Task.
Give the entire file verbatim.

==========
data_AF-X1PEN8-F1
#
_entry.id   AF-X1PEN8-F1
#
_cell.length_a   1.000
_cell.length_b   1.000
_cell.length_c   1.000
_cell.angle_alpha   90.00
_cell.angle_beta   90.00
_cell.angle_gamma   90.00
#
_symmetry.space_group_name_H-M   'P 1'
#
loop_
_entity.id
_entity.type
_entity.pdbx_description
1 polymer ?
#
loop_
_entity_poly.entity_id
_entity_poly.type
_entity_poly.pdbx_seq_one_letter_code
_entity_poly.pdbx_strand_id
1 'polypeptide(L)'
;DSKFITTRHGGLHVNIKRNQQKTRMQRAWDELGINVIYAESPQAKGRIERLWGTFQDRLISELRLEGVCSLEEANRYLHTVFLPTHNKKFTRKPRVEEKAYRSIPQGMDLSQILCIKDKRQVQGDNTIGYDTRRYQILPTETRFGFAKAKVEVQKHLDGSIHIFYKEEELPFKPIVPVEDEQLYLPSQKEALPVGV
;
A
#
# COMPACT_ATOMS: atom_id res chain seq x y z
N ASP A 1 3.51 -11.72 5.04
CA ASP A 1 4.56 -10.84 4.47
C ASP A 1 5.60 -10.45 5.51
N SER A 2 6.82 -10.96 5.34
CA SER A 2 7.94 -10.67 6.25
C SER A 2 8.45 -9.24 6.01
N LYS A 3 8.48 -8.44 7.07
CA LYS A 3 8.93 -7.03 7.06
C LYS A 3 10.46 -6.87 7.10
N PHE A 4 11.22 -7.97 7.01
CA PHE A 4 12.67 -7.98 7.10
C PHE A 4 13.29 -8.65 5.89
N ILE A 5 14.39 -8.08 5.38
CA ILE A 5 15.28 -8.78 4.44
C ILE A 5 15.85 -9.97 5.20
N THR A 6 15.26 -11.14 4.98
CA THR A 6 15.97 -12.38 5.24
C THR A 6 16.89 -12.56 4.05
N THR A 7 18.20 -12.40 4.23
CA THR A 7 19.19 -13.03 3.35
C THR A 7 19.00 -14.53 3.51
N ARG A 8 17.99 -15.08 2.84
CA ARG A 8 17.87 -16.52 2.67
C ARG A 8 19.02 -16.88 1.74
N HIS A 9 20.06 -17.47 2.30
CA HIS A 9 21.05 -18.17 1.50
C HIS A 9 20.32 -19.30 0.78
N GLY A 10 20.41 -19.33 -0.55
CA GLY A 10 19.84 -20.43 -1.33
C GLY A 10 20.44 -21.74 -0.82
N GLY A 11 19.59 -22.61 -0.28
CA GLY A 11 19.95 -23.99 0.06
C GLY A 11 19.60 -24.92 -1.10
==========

data_AF-X1PEN8-F1
#
_entry.id   AF-X1PEN8-F1
#
_cell.length_a   1.000
_cell.length_b   1.000
_cell.length_c   1.000
_cell.angle_alpha   90.00
_cell.angle_beta   90.00
_cell.angle_gamma   90.00
#
_symmetry.space_group_name_H-M   'P 1'
#
loop_
_entity.id
_entity.type
_entity.pdbx_description
1 polymer ?
#
loop_
_entity_poly.entity_id
_entity_poly.type
_entity_poly.pdbx_seq_one_letter_code
_entity_poly.pdbx_strand_id
1 'polypeptide(L)'
;DSKFITTRHGGLHVNIKRNQQKTRMQRAWDELGINVIYAESPQAKGRIERLWGTFQDRLISELRLEGVCSLEEANRYLHTVFLPTHNKKFTRKPRVEEKAYRSIPQGMDLSQILCIKDKRQVQGDNTIGYDTRRYQILPTETRFGFAKAKVEVQKHLDGSIHIFYKEEELPFKPIVPVEDEQLYLPSQKEALPVGV
;
A
#
# COMPACT_ATOMS: atom_id res chain seq x y z
N ASP A 1 3.51 -11.72 5.04
CA ASP A 1 4.56 -10.84 4.47
C ASP A 1 5.60 -10.45 5.51
N SER A 2 6.82 -10.96 5.34
CA SER A 2 7.94 -10.67 6.25
C SER A 2 8.45 -9.24 6.01
N LYS A 3 8.48 -8.44 7.07
CA LYS A 3 8.93 -7.03 7.06
C LYS A 3 10.46 -6.87 7.10
N PHE A 4 11.22 -7.97 7.01
CA PHE A 4 12.67 -7.98 7.10
C PHE A 4 13.29 -8.65 5.89
N ILE A 5 14.39 -8.08 5.38
CA ILE A 5 15.28 -8.78 4.44
C ILE A 5 15.85 -9.97 5.20
N THR A 6 15.26 -11.14 4.98
CA THR A 6 15.97 -12.38 5.24
C THR A 6 16.89 -12.56 4.05
N THR A 7 18.20 -12.40 4.23
CA THR A 7 19.19 -13.03 3.35
C THR A 7 19.00 -14.53 3.51
N ARG A 8 17.99 -15.08 2.84
CA ARG A 8 17.87 -16.52 2.67
C ARG A 8 19.02 -16.88 1.74
N HIS A 9 20.06 -17.47 2.30
CA HIS A 9 21.05 -18.17 1.50
C HIS A 9 20.32 -19.30 0.78
N GLY A 10 20.41 -19.33 -0.55
CA GLY A 10 19.84 -20.43 -1.33
C GLY A 10 20.44 -21.74 -0.82
N GLY A 11 19.59 -22.61 -0.28
CA GLY A 11 19.95 -23.99 0.06
C GLY A 11 19.60 -24.92 -1.10